Posthumous Portraits in America

Holidays such as Halloween, All Souls Day, and the Day of the Dead remind us of life’s temporality, while giving us occasion to reflect on loved ones who have died.  It is this impulse to remember those we’ve lost that propelled the painting of posthumous portraits in the 19th century –  the age of epidemics like cholera and dysentery – an era when about one in every four children died in infancy.  Securing the Shadow:  Posthumous Portraiture in America,   the new exhibit at the American Folk Art Museum, explores how families of that time created remembrances of deceased loved ones, especially young children, through painting and later photography. I confess I really didn’t want to go see it, but I think the exhibit lets you understand how this genre could reinforce a sense of grief, yet provide comfort.

If you were to view the show without knowing anything about the subjects, you might conclude that you were looking at portraits of  living children, painted in a recognizable self-taught, folk-art idiom: often life size, with large heads, expressive eyes, oddly-proportioned bodies, many wearing a dress over long pants, almost always facing the viewer.  To determine if the subject is a boy or a girl, the presence of play props – such as whips, balls and hammers that are associated with boys – help us figure that out.  But it is the use  of various symbols – many Christological – that clue us into the fact that we are looking at a posthumous portrait.

Child Holding Doll and Shoe, Attributed to George G. Hartwell (1815–1901) Probably Massachusetts or Maine c. 1845 Oil on canvas 25 1/2 x 21 3/8"; 32 5/8 x 28 1/2 x 3 1/4" framed Collection American Folk Art Museum, New York Gift of Robert Bishop, 1992.10.1 Photo by John Parnell, courtesy of American Folk Art Museum

Child Holding Doll and Shoe, Attributed to George G. Hartwell (1815–1901) Probably Massachusetts or Maine
c. 1845 Oil on canvas
25 1/2 x 21 3/8″; 32 5/8 x 28 1/2 x 3 1/4″ framed
Collection American Folk Art Museum, New York
Gift of Robert Bishop, 1992.10.1 Photo by John Parnell, courtesy of American Folk Art Museum

In George G. Hartwell’s Child Holding a Doll and Shoe, we find many signposts:  a child in a rose colored dress, sitting in a field strewn with roses (symbol of the Virgin Mary) while in the background, on the left is a ship, and on the right side is a dead tree; in the sky we see the setting sun, all symbols of death. The motif of a child wearing only one shoe has as its antecedent a Byzantine icon, Our Lady of Perpetual Help, in which a sandal dangles from the left foot of the infant Christ, while the other is still affixed to his right foot.  In Baby in Blue by William Matthew Prior, we find another symbol:  an unspooled bobbin of thread, referencing the ancient Greek fates who cut life.

Heavenly Children, William Matthew Prior (1806–1873) Probably Massachusetts 1848 Oil on board 20 x 22 1/4"; 26 x 31 1/4 x 1 3/8" (framed) Private collection Photo by Gavin Ashworth, courtesy of American Folk Art Museum

Heavenly Children, William Matthew Prior (1806–1873) Probably Massachusetts 1848 Oil on board 20 x 22 1/4″; 26 x 31 1/4 x 1 3/8″ (framed) Private collection Photo by Gavin Ashworth, courtesy of American Folk Art Museum

You’ll also find portraits of children painted together, such as  Heavenly Children by William Matthew Prior (above) which, in contrast to the other portraits in the exhibit, depicts his subjects in a rather cherubic manner, one of three styles in which he worked.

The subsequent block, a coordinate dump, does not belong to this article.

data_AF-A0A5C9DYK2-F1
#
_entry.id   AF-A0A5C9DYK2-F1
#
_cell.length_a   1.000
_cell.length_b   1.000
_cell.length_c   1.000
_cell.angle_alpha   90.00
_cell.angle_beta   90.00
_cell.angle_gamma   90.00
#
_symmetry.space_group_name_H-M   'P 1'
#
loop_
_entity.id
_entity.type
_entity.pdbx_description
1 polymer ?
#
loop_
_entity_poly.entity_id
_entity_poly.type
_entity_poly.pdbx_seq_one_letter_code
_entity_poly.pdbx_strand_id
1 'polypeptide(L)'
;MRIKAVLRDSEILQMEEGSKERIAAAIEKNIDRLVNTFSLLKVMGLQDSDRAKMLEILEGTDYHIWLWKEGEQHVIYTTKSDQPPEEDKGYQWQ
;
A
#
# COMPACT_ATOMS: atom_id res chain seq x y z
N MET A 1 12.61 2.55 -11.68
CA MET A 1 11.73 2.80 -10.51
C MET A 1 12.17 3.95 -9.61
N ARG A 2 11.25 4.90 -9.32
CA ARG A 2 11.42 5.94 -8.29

In the rear of the main space, you’ll find several beautiful paintings of children and families, which include both the living and the deceased – Deacon Robert Peckham has two very expressive ones, which are also notable for their size (about 4’ x 5’ and 5’ x 5’).  In the center of the room are scrims with photographs of gravestones that have portraits of the deceased, both children and adults, some life-like, some very stylized. There’s another set in the smaller gallery space. 

The Martinson Gallery contains a collection of postmortem Daguerreotypes, in pocket-sized gilded metal cases.  Photography eventually replaced painted portraits, as it was seen as a quick way to catch flashes of the subject’s soul, and was much less costly.  The wall label informs us that “‘Secure the shadow, ere the substance fades’ became the calling card of the photographer.”

Harriet Mackie (The Dead Bride) P. R. Vallée (act. 1803–1815) Charleston, South Carolina 1804 Watercolor and graphite pencil on ivory 2 7/16 x 1 15/16" Collection Yale University Art Gallery, New Haven, Connecticut Mabel Brady Garvan Collection, 1936.300 Photo courtesy Yale University Art Gallery

Harriet Mackie (The Dead Bride)
P. R. Vallée (act. 1803–1815) Charleston, South Carolina 1804 Watercolor and graphite pencil on ivory 2 7/16 x 1 15/16″ Collection Yale University Art Gallery, New Haven, Connecticut Mabel Brady Garvan Collection, 1936.300 Photo courtesy Yale University Art Gallery

At the entry to the main space, on the wall there’s a glass box covered with a cloth; when you lift it you’ll find a locket with a piece of ivory on which P.R. Valee painted a watercolor and graphite portrait of Hariette Mackie (the Dead Bride) aged 17, who passed away days before her wedding, making this the “quintessential Gothic portrait.”

At the end of the exhibit, you’ll find the “Epitath Project,” which began in Los Angeles in 1995 – that lets you write an epitath in chalk on a slate gravestone.  You can see what others have done on Instagram, at #securingtheshadow

This exhibit is quite moving; you not only see the skill of the artists who rendered their subjects so life-like, but, in some way, you can also feel the love of the families who wanted a permanent reminder of their deceased child.   I recommend seeing Securing the Shadow before it closes on February 26th.

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